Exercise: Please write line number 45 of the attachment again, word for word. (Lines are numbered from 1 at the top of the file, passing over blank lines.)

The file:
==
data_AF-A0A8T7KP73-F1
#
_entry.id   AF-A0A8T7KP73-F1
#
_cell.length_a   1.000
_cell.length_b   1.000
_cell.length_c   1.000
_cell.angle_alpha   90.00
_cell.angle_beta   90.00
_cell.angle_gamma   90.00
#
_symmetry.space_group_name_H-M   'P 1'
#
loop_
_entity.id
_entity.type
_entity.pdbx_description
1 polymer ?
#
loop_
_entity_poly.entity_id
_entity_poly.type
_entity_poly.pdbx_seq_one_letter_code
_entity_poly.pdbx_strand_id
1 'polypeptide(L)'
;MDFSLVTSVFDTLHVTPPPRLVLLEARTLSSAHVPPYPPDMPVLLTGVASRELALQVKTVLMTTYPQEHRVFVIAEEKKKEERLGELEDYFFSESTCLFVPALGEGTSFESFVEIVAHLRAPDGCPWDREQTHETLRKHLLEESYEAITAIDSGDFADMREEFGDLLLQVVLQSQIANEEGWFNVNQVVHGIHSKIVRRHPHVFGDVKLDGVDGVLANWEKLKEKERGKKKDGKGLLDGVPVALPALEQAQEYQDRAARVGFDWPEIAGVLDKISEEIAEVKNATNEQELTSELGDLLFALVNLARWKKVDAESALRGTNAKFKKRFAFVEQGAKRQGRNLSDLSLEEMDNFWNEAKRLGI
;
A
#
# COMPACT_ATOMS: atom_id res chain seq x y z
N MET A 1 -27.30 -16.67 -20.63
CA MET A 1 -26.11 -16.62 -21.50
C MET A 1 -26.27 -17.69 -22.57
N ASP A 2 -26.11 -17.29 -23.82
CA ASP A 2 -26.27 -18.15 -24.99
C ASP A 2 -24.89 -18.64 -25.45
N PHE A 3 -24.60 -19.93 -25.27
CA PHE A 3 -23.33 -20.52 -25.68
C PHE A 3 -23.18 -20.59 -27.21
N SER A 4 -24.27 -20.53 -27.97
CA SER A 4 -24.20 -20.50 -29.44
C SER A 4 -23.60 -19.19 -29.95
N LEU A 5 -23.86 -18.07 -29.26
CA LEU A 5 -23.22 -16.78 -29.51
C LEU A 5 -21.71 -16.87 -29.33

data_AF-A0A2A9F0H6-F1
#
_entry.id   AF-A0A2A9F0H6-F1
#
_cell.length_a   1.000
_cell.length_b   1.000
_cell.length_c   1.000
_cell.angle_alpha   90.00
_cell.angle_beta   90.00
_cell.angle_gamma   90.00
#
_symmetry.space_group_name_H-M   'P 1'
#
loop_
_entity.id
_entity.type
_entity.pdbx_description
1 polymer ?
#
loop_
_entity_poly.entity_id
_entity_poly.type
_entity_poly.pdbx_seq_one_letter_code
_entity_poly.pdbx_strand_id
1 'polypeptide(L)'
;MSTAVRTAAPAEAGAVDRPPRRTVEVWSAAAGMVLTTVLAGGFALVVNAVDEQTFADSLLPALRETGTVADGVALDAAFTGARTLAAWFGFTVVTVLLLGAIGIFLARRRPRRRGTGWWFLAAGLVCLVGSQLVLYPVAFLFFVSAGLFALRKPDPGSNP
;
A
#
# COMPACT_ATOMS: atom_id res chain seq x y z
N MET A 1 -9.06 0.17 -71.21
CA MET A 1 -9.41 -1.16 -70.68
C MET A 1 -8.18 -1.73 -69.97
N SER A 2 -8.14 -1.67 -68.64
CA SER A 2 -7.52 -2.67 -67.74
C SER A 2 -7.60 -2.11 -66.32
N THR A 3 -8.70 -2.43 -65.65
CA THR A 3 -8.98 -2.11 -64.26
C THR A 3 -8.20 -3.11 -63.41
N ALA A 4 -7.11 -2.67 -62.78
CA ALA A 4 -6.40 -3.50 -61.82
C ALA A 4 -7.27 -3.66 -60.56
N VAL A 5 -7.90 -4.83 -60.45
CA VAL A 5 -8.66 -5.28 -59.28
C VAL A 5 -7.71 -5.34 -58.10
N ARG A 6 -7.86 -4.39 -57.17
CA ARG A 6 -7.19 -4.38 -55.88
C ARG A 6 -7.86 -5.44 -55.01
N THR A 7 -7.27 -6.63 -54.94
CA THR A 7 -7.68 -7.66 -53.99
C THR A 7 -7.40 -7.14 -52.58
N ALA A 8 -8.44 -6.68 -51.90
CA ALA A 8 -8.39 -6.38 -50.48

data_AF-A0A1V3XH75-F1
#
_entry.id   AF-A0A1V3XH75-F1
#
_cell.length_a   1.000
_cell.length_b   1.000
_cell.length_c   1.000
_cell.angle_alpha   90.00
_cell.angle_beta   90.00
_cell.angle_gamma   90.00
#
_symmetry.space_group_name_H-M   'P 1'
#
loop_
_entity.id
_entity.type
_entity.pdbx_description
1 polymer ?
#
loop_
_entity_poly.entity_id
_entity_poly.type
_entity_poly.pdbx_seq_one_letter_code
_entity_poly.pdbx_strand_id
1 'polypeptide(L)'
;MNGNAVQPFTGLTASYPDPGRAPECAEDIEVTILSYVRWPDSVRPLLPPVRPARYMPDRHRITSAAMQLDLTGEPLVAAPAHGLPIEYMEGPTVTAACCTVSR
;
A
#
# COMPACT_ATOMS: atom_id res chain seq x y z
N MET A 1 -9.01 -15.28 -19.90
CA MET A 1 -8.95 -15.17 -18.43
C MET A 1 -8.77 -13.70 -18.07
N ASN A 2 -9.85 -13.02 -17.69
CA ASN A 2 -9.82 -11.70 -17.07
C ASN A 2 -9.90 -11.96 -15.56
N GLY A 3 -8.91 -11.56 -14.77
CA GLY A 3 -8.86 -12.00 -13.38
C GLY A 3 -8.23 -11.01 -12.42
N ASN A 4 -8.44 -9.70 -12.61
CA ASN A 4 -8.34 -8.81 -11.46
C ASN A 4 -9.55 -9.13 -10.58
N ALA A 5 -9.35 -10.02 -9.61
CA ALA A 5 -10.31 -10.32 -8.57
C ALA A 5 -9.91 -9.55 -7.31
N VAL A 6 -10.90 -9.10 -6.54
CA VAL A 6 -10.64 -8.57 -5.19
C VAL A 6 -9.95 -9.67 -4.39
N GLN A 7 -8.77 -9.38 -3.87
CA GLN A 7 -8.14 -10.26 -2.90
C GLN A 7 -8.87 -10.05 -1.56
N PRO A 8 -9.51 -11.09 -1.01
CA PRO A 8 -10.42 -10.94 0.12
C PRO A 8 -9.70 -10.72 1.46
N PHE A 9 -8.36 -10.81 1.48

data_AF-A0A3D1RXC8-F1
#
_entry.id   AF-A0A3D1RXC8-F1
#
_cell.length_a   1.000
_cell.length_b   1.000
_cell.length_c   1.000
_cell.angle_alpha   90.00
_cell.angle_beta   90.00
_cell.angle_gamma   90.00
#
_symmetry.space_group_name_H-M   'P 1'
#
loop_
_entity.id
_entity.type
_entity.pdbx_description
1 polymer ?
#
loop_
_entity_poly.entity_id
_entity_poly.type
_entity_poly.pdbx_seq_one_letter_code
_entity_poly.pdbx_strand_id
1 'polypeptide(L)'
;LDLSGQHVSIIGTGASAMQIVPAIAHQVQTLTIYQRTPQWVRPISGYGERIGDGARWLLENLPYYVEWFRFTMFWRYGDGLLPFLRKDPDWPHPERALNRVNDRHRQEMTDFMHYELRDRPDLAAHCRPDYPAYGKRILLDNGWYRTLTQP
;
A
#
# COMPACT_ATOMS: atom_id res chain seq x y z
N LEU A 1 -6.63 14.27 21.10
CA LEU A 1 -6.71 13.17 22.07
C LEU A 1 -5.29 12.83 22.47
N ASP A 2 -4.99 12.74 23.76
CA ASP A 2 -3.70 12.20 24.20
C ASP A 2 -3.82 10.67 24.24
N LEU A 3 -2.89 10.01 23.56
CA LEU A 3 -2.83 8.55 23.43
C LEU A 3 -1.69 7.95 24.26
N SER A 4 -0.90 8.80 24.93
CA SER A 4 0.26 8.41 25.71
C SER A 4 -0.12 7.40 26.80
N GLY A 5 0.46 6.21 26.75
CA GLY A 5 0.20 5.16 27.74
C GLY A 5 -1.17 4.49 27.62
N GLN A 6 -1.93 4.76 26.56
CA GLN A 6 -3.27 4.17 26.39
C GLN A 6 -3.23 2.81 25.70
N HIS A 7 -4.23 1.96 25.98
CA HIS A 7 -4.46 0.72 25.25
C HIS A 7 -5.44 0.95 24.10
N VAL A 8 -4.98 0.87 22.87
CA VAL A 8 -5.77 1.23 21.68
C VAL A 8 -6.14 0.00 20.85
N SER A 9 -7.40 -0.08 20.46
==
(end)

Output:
C LEU A 5 -21.71 -16.87 -29.33